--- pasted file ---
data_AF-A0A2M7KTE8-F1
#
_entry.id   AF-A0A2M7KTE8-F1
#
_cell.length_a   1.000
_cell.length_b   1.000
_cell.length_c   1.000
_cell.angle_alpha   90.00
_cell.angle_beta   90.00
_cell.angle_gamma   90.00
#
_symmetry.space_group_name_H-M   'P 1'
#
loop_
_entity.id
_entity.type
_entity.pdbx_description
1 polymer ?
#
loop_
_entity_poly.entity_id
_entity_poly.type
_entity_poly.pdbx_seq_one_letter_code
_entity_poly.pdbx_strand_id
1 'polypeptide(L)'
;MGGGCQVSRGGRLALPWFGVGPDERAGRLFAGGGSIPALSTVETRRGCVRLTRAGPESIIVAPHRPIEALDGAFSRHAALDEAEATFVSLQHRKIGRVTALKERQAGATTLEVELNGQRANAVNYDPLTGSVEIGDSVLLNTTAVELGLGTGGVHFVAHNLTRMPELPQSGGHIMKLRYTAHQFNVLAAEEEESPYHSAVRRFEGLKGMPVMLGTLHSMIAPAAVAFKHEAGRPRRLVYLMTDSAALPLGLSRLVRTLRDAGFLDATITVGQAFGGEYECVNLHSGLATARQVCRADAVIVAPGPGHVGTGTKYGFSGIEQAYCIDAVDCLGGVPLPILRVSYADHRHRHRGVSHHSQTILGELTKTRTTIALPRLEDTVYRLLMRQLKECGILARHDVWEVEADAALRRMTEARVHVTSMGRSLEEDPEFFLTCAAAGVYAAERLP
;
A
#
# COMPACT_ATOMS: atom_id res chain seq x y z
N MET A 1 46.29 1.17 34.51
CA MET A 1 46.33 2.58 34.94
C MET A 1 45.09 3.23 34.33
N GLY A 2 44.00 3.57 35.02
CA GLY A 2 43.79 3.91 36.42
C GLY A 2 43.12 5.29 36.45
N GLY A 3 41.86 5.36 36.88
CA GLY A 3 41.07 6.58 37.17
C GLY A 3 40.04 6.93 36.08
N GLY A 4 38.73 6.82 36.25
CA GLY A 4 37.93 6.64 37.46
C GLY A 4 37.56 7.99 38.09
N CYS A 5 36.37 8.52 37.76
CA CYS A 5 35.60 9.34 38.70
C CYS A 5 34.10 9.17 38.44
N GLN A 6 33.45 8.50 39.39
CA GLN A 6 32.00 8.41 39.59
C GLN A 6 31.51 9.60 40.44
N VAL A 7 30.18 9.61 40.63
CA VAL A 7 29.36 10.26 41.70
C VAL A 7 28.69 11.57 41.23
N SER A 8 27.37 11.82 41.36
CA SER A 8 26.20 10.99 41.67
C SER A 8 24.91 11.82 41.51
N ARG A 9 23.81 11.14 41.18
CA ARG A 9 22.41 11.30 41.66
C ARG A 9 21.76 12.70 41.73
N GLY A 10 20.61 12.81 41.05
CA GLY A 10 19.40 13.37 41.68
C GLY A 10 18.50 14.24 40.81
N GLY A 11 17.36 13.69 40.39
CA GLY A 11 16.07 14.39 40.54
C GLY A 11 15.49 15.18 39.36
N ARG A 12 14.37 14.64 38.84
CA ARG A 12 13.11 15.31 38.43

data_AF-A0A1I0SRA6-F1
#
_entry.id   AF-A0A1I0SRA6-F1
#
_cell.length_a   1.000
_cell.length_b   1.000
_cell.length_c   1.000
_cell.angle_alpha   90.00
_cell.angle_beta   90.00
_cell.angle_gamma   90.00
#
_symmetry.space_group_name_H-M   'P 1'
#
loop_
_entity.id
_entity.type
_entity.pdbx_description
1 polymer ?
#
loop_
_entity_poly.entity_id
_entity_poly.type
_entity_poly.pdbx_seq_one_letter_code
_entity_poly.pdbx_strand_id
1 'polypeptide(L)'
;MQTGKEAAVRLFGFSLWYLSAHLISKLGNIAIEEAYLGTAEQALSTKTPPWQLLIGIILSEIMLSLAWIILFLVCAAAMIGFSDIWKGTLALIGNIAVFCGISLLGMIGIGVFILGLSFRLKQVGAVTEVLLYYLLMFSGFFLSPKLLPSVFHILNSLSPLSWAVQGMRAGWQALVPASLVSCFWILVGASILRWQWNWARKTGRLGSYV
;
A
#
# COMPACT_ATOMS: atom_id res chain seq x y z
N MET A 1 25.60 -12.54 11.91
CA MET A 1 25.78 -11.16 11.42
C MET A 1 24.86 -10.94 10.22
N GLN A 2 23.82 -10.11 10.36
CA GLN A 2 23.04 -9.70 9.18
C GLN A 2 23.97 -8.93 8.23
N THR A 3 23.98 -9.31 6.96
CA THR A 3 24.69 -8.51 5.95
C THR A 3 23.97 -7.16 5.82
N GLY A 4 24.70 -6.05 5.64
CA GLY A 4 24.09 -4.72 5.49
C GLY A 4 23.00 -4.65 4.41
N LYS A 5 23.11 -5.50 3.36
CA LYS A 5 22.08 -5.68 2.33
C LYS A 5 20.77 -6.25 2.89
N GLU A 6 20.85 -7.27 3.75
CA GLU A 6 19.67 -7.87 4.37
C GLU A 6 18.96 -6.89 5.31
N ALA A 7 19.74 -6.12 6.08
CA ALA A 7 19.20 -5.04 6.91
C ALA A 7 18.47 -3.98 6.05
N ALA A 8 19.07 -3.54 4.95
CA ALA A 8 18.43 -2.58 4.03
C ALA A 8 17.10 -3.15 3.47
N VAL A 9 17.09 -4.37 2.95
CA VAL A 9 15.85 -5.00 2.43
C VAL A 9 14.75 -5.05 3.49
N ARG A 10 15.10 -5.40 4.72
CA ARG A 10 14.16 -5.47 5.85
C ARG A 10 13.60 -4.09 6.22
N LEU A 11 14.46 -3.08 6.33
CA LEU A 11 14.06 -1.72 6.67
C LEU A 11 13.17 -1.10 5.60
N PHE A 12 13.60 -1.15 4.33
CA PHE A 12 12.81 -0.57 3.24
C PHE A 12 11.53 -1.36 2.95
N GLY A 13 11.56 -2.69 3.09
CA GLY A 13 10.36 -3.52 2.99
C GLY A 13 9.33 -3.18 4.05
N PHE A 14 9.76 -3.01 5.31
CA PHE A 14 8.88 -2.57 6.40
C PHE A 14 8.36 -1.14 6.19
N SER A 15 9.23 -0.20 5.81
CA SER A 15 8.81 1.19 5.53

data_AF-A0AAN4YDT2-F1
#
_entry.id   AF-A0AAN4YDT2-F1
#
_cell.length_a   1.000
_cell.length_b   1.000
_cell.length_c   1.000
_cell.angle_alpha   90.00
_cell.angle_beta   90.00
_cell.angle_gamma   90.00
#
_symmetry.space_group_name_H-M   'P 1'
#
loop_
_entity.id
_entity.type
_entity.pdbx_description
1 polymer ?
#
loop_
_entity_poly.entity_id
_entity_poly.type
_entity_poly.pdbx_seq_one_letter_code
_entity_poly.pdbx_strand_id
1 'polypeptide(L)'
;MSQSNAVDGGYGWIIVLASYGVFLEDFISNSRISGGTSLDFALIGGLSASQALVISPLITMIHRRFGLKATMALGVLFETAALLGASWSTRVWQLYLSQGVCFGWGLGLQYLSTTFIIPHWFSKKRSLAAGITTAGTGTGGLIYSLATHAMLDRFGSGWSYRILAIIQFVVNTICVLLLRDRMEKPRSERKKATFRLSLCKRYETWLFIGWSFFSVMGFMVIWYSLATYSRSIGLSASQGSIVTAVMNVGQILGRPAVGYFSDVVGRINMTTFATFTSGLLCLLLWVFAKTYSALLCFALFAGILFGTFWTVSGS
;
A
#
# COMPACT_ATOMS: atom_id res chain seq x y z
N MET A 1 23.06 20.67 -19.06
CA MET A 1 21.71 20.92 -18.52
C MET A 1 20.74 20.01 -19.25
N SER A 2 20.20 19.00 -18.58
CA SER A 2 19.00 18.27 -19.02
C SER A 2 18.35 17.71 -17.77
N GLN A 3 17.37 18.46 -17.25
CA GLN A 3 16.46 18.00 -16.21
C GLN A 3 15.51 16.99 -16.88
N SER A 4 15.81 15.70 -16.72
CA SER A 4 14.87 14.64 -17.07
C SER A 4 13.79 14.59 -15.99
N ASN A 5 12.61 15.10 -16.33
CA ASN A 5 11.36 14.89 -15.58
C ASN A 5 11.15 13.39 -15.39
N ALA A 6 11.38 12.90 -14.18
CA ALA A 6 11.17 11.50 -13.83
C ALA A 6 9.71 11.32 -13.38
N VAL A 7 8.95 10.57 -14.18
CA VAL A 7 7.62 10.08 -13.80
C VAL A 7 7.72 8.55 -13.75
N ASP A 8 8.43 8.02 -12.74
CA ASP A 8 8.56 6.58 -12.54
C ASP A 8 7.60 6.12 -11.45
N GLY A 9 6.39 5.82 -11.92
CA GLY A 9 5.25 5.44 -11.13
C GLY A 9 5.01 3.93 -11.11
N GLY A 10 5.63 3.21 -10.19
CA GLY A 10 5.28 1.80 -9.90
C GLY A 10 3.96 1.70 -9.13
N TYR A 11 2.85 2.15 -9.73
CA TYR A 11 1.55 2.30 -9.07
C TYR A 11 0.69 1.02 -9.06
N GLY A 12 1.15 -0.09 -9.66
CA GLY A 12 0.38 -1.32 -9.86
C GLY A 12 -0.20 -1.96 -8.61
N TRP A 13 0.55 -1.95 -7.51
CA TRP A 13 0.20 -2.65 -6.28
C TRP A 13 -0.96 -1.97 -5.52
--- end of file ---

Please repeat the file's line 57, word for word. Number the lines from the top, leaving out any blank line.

C ARG A 9 21.76 12.70 41.73